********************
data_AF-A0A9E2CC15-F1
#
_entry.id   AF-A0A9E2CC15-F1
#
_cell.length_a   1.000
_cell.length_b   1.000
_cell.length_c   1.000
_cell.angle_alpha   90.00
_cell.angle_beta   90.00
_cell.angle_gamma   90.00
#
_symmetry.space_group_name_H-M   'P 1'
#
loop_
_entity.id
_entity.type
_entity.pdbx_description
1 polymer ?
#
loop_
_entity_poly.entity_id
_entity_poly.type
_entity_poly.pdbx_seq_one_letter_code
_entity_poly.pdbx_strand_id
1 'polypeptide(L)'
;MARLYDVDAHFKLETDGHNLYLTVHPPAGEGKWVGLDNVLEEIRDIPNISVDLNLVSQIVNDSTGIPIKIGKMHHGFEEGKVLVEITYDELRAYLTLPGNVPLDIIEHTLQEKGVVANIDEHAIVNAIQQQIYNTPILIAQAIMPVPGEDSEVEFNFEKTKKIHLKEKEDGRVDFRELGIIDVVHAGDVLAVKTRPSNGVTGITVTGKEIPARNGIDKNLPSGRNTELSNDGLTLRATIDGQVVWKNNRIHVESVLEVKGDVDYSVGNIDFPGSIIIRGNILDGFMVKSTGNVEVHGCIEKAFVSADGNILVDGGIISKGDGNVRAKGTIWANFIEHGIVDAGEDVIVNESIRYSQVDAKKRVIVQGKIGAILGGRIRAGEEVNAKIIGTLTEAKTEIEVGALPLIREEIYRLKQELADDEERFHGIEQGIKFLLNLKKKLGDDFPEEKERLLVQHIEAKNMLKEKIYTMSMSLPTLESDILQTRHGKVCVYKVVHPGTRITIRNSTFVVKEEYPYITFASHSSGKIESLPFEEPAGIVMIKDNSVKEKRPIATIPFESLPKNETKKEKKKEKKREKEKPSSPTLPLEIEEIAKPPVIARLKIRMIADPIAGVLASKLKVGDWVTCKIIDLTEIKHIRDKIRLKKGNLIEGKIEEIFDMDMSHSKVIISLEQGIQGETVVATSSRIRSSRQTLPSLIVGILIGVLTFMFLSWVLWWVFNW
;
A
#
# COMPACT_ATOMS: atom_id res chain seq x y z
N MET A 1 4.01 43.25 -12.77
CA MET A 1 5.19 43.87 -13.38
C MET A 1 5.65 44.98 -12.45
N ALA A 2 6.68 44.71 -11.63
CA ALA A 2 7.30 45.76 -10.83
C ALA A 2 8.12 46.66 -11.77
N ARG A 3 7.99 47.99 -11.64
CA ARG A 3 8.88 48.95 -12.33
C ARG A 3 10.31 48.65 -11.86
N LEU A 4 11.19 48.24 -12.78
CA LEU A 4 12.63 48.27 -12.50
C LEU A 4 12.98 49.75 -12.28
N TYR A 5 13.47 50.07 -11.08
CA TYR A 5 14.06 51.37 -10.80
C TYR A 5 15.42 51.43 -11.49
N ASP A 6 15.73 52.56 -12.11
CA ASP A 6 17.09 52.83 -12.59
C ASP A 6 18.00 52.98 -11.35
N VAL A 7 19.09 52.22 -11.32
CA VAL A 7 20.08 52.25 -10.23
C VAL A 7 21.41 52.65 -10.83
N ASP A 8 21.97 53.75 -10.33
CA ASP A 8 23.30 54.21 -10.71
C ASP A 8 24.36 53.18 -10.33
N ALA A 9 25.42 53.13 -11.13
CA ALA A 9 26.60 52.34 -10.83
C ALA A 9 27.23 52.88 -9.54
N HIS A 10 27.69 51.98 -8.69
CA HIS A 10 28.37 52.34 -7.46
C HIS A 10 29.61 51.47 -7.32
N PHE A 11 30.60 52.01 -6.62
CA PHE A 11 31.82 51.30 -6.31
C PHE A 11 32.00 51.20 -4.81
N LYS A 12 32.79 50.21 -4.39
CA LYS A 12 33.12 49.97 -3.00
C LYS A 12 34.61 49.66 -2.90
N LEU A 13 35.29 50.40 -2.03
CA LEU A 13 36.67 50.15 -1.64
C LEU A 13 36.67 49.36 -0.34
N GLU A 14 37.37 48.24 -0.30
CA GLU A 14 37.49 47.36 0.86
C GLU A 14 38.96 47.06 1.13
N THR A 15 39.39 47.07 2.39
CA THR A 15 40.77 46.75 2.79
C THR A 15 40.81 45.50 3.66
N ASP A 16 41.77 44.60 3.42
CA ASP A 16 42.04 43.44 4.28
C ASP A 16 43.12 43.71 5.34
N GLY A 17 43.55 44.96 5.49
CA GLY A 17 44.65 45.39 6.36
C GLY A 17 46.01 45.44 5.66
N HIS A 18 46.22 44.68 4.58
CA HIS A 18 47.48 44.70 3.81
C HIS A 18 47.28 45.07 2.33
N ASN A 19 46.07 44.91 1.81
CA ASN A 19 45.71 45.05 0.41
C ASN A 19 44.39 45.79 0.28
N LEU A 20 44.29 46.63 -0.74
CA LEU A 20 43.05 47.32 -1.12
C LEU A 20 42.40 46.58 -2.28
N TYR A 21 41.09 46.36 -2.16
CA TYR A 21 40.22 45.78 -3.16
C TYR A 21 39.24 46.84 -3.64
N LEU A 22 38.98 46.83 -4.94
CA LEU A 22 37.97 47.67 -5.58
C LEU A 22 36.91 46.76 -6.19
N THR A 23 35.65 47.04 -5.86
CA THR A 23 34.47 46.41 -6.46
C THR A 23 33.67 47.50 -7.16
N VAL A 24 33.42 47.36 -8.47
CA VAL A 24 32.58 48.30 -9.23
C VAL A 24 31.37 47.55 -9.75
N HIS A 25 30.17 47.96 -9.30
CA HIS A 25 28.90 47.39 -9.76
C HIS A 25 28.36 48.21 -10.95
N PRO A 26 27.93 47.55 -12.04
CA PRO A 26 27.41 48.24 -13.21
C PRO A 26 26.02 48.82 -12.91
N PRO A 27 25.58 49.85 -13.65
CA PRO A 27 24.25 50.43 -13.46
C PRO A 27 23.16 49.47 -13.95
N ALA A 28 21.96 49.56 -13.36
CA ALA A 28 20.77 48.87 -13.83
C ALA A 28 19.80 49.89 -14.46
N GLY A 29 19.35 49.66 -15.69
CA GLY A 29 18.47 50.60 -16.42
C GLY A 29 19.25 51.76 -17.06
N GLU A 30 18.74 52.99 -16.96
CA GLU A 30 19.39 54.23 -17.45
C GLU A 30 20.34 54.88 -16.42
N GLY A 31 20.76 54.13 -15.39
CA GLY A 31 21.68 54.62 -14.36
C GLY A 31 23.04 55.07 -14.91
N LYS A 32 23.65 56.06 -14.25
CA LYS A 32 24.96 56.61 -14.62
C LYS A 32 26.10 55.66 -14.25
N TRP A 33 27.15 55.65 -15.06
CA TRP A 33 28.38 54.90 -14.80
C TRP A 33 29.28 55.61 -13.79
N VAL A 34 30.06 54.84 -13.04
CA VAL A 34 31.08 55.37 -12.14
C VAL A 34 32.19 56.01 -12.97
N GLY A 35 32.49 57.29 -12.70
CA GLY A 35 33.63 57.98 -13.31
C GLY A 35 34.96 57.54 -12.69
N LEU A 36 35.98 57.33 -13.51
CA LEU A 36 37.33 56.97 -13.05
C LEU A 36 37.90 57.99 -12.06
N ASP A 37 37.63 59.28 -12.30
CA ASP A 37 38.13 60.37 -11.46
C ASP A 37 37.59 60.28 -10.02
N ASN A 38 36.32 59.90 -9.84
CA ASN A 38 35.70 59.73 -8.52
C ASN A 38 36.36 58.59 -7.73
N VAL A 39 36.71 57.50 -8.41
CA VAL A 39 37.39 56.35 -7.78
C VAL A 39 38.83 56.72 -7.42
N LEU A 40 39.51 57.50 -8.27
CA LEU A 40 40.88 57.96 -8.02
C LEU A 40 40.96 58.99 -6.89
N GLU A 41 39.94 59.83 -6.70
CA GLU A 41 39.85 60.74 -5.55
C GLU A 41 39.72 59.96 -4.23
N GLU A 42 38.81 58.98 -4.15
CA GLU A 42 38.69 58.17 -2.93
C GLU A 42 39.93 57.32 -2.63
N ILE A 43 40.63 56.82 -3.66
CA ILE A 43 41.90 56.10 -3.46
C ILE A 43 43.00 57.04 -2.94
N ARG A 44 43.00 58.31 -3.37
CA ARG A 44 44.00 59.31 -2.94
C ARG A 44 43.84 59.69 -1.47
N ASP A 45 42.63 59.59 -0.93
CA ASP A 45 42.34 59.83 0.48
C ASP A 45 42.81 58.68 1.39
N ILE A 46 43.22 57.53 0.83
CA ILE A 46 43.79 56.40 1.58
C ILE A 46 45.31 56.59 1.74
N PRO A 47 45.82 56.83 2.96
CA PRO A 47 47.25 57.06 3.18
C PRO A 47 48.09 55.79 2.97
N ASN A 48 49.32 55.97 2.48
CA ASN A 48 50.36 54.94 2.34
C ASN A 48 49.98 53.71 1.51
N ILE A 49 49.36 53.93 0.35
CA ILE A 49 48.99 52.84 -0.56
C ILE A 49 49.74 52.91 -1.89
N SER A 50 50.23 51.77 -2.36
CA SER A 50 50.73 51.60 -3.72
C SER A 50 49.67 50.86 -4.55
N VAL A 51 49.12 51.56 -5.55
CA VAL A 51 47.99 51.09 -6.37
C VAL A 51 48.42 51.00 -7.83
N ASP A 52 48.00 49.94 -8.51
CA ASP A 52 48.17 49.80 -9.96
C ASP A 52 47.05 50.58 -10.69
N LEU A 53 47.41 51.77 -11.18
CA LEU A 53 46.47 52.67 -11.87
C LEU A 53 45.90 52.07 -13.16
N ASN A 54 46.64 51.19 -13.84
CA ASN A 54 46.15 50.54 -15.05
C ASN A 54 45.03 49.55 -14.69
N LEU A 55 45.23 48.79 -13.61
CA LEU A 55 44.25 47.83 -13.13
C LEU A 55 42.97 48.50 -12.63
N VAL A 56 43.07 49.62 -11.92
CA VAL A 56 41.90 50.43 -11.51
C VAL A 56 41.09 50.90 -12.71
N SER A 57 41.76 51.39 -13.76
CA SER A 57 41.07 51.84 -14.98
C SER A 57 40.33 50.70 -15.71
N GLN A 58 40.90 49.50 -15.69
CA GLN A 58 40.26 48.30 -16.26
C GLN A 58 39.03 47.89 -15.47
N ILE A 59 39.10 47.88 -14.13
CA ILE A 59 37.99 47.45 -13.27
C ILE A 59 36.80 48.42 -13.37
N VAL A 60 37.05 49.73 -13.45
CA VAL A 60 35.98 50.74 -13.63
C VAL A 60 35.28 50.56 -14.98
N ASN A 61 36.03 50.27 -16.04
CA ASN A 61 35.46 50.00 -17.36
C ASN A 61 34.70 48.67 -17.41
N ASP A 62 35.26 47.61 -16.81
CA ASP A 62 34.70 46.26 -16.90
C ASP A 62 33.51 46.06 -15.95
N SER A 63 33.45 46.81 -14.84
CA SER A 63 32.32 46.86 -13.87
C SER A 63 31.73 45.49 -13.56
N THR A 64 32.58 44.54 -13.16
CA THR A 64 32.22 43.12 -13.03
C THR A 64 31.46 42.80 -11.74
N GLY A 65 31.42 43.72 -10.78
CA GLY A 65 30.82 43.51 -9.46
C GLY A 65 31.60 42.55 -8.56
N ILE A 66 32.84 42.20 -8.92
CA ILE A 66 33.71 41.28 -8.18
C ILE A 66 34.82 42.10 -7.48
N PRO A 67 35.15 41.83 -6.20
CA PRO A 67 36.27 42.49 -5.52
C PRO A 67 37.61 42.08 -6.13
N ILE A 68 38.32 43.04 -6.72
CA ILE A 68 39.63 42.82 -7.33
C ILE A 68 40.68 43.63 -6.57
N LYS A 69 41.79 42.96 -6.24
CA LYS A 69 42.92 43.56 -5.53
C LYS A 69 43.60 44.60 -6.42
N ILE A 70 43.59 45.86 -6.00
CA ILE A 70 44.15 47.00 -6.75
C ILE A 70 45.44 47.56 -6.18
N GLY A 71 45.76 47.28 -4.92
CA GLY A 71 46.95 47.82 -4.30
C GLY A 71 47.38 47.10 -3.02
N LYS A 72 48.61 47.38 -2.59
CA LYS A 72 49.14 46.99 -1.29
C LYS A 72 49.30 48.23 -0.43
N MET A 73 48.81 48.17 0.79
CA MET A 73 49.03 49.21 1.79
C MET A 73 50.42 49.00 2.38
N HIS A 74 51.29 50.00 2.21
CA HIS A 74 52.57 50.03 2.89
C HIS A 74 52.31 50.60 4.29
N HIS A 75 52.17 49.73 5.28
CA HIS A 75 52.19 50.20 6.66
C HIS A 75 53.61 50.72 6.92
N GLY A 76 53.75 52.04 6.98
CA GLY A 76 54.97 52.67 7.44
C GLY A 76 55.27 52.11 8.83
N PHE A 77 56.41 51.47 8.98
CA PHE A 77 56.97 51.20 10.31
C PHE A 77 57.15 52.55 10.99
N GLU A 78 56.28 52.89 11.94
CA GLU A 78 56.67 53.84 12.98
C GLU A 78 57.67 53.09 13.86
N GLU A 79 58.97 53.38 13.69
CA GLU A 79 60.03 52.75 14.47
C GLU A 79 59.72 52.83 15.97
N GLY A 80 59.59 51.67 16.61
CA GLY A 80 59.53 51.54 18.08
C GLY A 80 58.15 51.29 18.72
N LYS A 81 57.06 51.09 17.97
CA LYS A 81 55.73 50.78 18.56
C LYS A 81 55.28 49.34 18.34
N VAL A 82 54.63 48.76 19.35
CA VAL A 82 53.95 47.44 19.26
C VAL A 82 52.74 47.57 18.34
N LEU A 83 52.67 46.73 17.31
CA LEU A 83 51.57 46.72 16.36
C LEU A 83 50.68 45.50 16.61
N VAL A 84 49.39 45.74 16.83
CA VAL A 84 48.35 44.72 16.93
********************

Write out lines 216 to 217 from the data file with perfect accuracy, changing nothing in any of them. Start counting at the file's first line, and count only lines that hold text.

C ASP A 62 33.51 46.06 -15.95
N SER A 63 33.45 46.81 -14.84